A criminal conviction on your record can severely cut down on your job opportunities and prevent you from fulfilling your potential in the job or career of your choice. In California, expungements under Penal Code section 1203.4 serve as the most common way that a person can clear his record for purposes of employment.
How Does It Work?
If the judge grants the expungement, she sets aside your guilty verdict or plea and dismisses your case for most purposes. The Court would then inform the Department of Justice of the change of status of your conviction and your record would be amended.
So It’s Like I’ve Never Been Convicted?
Not exactly. There are some restrictions that resulted from your conviction would still remain: for example, if you were convicted of a felony, you would still be prohibited from possessing firearms or ammunition and if you were prohibited from ever holding public office as a result of your conviction, this restriction still remains. The conviction does not change any restrictions on your driver license. Finally, the order does not relieve you from your obligation to disclose the conviction in response to any direct question in a questionnaire or application for public office, for licensure by any state or local agency, or for contracting with the California State Lottery Commission.
What If I Am Still On Probation, But Want To Expunge My Conviction. Is That Possible?
If you are still on probation for the offense, but have served more than half of your term, you can often successfully petition for an early termination of probation in the same petition in some jurisdictions.
Further, if you were convicted of a felony wobbler offense (i.e. an offense that could be charged as a felony or misdemeanor), you can petition for the court to reduce the offense to a misdemeanor before the dismissal. The benefit of that reduction is that the offense will become a misdemeanor for all purposes. So even at the times that you have to disclose your conviction after the expungement (such as when you are applying for work at a state agency) you can state that you were convicted of a misdemeanor rather than a felony.
Do I Qualify for an Expungement?
To qualify for an expungement under section 1203.4, a person convicted of a misdemeanor or a felony must have been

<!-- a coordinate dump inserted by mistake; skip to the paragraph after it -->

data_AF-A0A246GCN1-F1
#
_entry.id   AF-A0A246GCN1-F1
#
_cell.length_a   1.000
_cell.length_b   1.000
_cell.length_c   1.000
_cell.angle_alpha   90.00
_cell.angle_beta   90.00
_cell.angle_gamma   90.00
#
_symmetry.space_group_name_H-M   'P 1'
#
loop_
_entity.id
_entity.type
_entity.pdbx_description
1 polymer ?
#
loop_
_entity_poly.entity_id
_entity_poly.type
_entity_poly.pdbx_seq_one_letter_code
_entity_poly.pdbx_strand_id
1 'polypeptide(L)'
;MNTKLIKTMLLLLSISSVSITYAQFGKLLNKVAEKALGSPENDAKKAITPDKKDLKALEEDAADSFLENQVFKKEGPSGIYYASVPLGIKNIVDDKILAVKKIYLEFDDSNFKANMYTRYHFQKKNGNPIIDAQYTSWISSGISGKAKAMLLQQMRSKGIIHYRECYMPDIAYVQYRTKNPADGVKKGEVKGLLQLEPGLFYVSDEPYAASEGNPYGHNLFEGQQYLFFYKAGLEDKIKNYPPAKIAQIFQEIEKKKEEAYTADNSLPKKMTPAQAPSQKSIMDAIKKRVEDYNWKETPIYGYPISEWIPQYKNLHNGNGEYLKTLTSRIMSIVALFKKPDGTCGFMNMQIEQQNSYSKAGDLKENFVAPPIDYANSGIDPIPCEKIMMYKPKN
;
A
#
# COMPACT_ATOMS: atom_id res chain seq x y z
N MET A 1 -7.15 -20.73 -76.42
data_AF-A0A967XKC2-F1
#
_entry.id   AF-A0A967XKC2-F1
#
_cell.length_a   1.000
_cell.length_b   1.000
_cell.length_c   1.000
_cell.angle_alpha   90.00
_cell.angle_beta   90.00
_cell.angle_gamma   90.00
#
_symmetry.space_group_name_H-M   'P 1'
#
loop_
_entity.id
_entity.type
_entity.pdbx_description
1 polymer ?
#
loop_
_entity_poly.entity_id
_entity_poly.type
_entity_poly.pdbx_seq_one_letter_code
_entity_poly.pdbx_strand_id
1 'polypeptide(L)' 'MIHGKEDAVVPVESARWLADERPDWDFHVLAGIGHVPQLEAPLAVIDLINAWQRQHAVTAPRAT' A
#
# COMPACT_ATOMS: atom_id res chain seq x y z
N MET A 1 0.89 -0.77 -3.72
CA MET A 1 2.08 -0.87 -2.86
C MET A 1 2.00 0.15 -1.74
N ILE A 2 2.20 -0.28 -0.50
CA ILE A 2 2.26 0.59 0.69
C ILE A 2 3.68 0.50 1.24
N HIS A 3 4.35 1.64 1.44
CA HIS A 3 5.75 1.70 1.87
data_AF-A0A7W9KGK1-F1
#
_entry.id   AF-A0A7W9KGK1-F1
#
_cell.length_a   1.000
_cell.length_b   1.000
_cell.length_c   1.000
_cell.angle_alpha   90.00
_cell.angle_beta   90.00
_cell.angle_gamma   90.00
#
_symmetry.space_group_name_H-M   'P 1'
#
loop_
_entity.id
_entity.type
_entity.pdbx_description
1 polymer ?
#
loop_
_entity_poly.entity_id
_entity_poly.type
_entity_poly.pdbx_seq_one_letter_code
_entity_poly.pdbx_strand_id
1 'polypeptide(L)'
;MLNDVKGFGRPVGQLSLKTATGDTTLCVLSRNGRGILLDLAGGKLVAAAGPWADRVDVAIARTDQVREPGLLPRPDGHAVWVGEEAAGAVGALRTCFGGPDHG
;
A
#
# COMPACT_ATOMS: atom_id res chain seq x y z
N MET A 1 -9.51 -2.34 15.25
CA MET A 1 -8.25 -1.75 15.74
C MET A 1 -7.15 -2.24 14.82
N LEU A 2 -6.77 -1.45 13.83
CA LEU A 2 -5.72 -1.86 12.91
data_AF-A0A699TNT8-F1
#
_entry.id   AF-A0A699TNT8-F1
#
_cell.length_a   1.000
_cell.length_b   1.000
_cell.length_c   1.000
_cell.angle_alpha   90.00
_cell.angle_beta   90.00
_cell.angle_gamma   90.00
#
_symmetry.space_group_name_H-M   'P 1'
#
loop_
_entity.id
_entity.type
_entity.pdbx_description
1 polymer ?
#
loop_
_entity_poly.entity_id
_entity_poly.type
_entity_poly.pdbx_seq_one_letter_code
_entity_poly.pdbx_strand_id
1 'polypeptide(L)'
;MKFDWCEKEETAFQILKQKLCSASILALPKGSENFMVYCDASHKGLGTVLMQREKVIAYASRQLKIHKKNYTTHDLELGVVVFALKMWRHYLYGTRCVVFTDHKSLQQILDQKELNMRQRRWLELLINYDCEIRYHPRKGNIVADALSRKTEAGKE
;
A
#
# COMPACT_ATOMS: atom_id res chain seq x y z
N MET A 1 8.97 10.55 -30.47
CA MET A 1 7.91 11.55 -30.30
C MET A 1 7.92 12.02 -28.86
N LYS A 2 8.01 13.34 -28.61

(1) sentenced to a sentence of probation (i.e. not state prison, though serving jail time as part of probation is O.K.) and
(2) have completed probation successfully.
At the time you apply for an expungement, you must not be serving a sentence for another offense, have a pending case for another offense, or be on probation for any offense.
What Types of Convictions Can Be Expunged?
Most convictions for which you got a sentence of probation can be expunged. However, if you were convicted of a crime listed in Vehicle Code section 42002.1 (Vehicle Code sections 2800, 2801 and 2803), or certain sex offenses, you will not be eligible for relief under section 1203.4. As mentioned above, you will not be able to get an expungement under 1203.4 if you received a state prison sentenced.
And Employers Can’t Ask About the Conviction If It Has Been Expunged?
That’s correct–aside from the few exceptions listed above, employers are prohibited from asking a person to disclose an expunged conviction. Furthermore, employers are prohibited from using other means of research (such as a background search) to obtain this information and using it as a factor determining your hiring, firing, promotions, or any other condition of employment.
Expunging a conviction can help you get the clean slate you need to get back into the job market. If you or someone you know is interested in clearing your criminal record, please do not hesitate to contact the Law Office of Maria Belyi.
Please note that this post is for informational purposes only and should not be construed as legal advice.